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Extreme diets and its harm to the body

  • November 15, 2021

You may have heard of many extreme diets that promises to help you lose weight and become healthy. With increased awareness of excess weight and its link to various diseases, different extreme diets have become a go to solution. In a world where everyone is constantly looking for a quick fix or an easy answer to health problems, these types of diets may seem like a good idea.

Just because a diet is popular doesn't mean that it's good for you. The truth is, extreme diets can do as much harm as good, especially if you aren't eating the balanced amount of essential nutrients needed for a body to function effortlessly. The trending fad of diets mostly lack scientific evidence. These extreme diets cater to people who want to lose fat and gain muscle, but don't want to put in the time and effort. Even though these diets may give you instant results, the long term effects can be downright dangerous to your health.

Side effects of extreme calorie restriction

According to various health department researches, the following negative symptoms are common side effects of a crash diet:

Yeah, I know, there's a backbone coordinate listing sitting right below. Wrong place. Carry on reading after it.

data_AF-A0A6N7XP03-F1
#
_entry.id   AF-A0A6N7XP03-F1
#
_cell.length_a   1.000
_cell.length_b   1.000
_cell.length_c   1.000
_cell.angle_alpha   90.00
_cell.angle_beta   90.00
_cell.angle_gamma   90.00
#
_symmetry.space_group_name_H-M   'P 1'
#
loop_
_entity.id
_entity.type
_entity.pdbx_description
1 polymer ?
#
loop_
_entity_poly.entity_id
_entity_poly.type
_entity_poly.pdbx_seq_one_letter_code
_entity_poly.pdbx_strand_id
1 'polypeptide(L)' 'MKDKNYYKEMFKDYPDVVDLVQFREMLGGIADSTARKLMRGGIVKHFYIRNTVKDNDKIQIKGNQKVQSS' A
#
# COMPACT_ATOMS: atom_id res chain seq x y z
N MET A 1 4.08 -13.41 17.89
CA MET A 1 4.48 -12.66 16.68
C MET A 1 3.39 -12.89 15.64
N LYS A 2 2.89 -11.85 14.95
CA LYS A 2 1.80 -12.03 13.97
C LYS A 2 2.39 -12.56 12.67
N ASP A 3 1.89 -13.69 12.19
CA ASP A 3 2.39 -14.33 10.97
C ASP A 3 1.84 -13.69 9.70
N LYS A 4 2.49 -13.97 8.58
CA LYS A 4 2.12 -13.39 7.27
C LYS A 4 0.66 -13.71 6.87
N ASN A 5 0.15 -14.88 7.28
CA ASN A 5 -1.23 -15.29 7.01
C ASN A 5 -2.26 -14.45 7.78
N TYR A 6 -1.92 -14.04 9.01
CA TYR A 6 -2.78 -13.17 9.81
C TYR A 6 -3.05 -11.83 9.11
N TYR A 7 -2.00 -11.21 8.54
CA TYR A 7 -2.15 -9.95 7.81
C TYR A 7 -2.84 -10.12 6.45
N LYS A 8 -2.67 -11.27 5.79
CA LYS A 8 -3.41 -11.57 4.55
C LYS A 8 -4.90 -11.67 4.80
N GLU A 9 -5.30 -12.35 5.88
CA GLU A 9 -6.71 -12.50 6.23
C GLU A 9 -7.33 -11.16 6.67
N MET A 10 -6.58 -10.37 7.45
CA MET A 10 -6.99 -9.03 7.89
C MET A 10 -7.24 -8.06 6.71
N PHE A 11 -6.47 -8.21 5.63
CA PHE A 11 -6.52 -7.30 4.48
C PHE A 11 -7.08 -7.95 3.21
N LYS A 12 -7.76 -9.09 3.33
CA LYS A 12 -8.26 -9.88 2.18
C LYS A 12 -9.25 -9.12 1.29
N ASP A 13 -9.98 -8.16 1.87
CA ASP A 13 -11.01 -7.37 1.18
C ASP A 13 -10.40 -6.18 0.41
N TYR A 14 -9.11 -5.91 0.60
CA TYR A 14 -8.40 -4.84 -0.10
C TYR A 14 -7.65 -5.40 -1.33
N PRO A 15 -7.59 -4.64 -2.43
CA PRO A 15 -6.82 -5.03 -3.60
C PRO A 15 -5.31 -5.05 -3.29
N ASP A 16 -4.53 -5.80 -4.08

• Weakened immune system
  • Dehydration
  • Dizziness
  • Irregular bowel movements
  • Fatigue
  • Irritability
  • Headaches

Excessive calorie restriction can aggravate chronic pain and other related conditions. It can result in fatigue due to nutrient deficiencies such as a lack of iron or vitamin B12 & lack of carbohydrate intake. With extreme calorie restriction, chronic pain-related fatigue may worsen. When the body does not have enough calories to burn, lean muscle tissue is metabolized, resulting in muscle mass loss.

Crash diets may harm your heart

According to research, rapid weight loss can slow your metabolism and deprive your body of essential nutrients, leading to future weight gain. Crash diets can also cause heart palpitations and cause cardiac stress.

Long-term calorie restriction can result in muscle loss in the heart. Dieting can also cause blood vessel damage. All of that shrinking and growing results in micro-tears, which set the stage for atherosclerosis and other types of heart disease.

Word of advice

Long-term lifestyle changes are more likely to result in a more toned and healthy physique while avoiding the turmoil of deprivation of a nutritious and complete diet. Rather than subjecting yourself to the stress and dangers of a crash diet, try to give yourself more time and set realistic goals. It certainly doesn't mean you have to give up the foods that you love completely. It just means that if you want to eat those foods, you have to take the time and effort to make sure they don't negatively impact your body in any way.

A well-balanced diet is the foundation for a healthy life. If you are serious about reaching and maintaining a healthy weight, consider healthy long-term lifestyle choices rather than short-term restrictive diets.